Security Now 341
Topic: Can “Anonymous” Take Down the Internet?
Recorded: February 22, 2012
Published: February 22, 2012
Duration: 90 mins.
Security Now 341: The Anonymous Threat
News & Errata
- Steve and Leo talked about coffee in a segment before this episode, see Security Now 341a.
- A posting has been put on Pastebin stating that the "Anonymous" group intends to take down the internet on March 31st.
- There is no way to validate the authenticity of this posting.
- Correction to last week's statement that CA's needed to do a better job with generating prime numbers. The keys are not generated by the CA, they are created by the webmaster of that individual website which makes this problem much more difficult to solve.
- Another addition to this problem is that by using Euclid's algorithm for finding a greatest common divisor, if one can find two websites that share the same greatest common divisor (common prime), then one can easily crack the private keys of both sites.
- Google is working on a password management system for Chrome which will be similar to the functionality of LastPass.
- David Ward suggested a method for giving loved ones access to passwords after one's death. One could use a LastPass account and generate a one-time password which could then be stored in a bank vault for example.
- Google and three other advertisers have been found to be bypassing Safari's anti-tracking PrivacyCast Article
- Safari doesn't stop using third-party cookies that it already has stored when third-party cookies are disabled. They must be deleted to stop this behavior.
- Safari contains a Webkit bug that was fixed seven months ago but has not been merged into Safari where if a form is submitted to a third-party site, the site can attach cookies to the response even if third-party cookies are disabled.
- An interesting site Steve has come along is BuiltWith.com which indexes the technology used by websites and tracks these trends on Trends.BuiltWith.com.
- Chrome side tabs have been discontinued to the dismay of some users who passionately loved them. Google claims it was removed to keep Chrome lightweight. Google Code Thread
Spinrite Story - Andrew
"Hi, Steve. I'm not a super tech, but I love the podcast for all the great information and news you and Leo provide. To get right to it, I have had a hard drive that apparently died on me about six years ago. Multiple attempts were made to recover the data as it had three years of family photos, including one of my sons' births and two years of his infancy. The only other option I felt I had was to send the drive off and pay a large sum to have the data recovered. I figured maybe in the future someday I could do this, as money was short currently.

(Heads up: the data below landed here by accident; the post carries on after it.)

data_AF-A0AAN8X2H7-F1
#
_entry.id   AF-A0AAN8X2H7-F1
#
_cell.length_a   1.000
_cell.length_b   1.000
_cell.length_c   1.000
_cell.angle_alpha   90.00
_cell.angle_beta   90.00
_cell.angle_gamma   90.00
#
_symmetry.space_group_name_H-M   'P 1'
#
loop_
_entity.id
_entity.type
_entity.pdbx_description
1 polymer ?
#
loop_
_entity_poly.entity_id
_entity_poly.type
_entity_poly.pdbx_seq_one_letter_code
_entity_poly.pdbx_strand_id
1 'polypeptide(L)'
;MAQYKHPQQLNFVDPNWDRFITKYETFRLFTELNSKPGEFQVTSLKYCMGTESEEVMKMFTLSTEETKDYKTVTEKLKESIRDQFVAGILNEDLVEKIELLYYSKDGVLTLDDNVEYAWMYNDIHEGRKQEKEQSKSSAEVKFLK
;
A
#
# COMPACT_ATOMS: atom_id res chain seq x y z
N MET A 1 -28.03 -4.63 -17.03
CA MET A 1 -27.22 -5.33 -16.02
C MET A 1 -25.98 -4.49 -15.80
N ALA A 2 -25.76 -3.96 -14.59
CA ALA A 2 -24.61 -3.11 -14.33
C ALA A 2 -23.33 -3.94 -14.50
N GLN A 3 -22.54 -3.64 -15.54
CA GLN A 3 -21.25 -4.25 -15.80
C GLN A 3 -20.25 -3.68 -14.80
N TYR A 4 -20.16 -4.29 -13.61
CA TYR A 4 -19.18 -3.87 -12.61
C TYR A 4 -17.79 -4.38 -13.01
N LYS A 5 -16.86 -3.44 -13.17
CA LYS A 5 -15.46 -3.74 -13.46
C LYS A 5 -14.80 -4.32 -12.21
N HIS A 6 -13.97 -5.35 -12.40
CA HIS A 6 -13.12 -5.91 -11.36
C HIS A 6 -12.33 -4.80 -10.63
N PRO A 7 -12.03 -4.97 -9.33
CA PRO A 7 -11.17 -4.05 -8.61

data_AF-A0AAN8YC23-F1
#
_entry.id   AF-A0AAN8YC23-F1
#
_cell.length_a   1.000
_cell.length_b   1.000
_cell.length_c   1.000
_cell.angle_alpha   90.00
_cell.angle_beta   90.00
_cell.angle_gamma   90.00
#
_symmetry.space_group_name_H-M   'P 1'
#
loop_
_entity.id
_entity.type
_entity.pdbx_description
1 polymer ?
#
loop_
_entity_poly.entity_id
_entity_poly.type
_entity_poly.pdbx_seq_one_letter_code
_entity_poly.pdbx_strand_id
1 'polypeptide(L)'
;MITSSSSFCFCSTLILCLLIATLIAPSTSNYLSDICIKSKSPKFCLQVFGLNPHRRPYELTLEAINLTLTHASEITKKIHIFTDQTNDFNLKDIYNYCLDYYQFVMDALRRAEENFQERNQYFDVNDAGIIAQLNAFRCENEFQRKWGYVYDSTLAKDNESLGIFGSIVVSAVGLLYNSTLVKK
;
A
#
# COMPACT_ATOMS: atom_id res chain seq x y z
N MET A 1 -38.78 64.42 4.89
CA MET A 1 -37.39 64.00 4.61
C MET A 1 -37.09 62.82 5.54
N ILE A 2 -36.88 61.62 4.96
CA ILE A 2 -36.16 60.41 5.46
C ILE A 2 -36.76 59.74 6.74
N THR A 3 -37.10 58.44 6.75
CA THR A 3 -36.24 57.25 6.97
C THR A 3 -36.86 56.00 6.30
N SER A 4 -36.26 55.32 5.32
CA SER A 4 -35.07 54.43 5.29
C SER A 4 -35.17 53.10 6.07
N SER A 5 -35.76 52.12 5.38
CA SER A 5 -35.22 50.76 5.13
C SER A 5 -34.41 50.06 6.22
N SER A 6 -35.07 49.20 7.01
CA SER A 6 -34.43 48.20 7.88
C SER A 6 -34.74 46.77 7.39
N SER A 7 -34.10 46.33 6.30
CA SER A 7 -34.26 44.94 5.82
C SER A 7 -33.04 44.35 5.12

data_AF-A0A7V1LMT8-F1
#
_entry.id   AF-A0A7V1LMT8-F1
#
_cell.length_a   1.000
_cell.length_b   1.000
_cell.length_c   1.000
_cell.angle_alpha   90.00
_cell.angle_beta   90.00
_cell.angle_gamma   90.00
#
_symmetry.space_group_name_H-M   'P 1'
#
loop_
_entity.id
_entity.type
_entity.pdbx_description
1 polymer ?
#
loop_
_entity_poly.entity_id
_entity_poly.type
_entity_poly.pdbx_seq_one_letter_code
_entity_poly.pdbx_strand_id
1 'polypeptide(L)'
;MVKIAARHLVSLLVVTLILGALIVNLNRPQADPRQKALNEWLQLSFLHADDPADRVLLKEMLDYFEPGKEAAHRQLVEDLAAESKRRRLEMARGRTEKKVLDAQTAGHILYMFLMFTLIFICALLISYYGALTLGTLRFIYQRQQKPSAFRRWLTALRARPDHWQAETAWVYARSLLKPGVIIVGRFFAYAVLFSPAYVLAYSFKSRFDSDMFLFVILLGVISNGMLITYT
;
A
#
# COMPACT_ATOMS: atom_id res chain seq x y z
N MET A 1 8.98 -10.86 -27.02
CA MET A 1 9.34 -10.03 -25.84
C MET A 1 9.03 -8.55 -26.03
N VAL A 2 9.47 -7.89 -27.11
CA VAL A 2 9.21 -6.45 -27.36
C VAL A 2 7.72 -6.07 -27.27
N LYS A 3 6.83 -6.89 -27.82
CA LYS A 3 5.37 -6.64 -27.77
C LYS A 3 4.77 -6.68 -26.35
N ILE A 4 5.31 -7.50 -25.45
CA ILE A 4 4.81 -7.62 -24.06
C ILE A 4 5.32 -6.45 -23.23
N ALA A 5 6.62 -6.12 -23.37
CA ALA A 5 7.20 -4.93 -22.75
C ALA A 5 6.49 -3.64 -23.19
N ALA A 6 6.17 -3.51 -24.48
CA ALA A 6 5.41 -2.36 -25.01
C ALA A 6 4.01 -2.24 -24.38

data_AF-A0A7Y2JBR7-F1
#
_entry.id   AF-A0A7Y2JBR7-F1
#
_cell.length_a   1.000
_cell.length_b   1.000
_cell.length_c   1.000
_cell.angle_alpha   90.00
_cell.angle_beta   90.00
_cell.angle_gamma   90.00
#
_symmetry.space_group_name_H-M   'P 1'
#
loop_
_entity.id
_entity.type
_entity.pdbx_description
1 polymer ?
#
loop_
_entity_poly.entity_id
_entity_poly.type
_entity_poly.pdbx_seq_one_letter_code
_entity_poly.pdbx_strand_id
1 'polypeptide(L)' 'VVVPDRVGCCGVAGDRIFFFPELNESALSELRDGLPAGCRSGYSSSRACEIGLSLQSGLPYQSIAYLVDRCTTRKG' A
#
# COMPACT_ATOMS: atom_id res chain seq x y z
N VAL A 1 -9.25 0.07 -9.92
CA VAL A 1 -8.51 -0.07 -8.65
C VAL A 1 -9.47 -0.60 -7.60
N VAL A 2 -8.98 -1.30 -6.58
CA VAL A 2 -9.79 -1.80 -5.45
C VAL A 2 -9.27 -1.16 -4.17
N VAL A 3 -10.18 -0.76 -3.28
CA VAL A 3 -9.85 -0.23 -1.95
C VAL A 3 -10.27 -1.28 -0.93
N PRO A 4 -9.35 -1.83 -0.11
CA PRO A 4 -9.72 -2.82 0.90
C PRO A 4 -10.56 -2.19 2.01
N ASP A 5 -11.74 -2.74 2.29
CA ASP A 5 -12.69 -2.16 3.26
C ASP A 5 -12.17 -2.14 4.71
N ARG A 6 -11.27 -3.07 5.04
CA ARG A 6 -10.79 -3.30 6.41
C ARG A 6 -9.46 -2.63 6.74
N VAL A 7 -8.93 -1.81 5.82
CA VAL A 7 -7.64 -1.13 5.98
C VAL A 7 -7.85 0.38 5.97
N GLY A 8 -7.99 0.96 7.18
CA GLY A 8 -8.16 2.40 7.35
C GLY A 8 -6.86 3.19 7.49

I've been a listener for a year now, and I figured, what the heck, let's try it. I purchased SpinRite and began the recovery process. The scan ran for approximately two weeks." And now I'll just remind people, that's like a worst-case scenario. SpinRite will work as long as it has to, to do the recovery. Normally it's two hours. But it can be two weeks if there's, like, lots of extensive damage. And he said, "I assumed 'It's probably not going to work.' When the scan finally finished, I connected it as a secondary drive to my PC. The drive appeared, and the data was now accessible!!!
I immediately copied over all the data. I put together a slide show of our precious photos and ran it. When my wife was passing by the computer and realized what had happened, the biggest smile and streaming tears came to her face. Thank you so much for saving us hundreds, if not thousands of dollars, and making a very memorable moment in our lives."
Topic - The Anonymous Threat
- Anonymous has previously taken down or breached specific sites
- They successfully took down the CIA.gov site earlier this month (February 10th)
- They also breached the "United States Federal Trade Commission's Consumer Protection Business Center" and "National Consumer Protection Week" websites on February 17th replacing them with a violent German video
- It is the belief of some federal officials that Anonymous is headed in a more disruptive direction such as attacking the power grid.
- The plan that was announced, dubbed "Operation Global Blackout", on Pastebin states that they intend to take down the Internet on March 31st. See Pastebin
- To effectively shutdown the Internet, the root DNS servers would need to be to be held offline by means of a DDOS attack for several days.
- There are 13 root DNS IP addresses for the servers, known as the A to M root servers
- There are significantly more servers than 13 however because they use a system called anycast to route traffic to the closest server that matches the IP address which is requested.
- Since the only way to get to any particular server is to be physically close to it, in order to hold all the root servers offline, one would need to DDOS all 13 IP's from every possible physical location
- The Consent of the Networked: The Worldwide Struggle for Internet Freedom book Amazon Store
- Ford Technology
- Ad Time: 55:45-58:35
- Edited by:
|This area is for use by TWiT staff only. Please do not add or edit any content within this section.|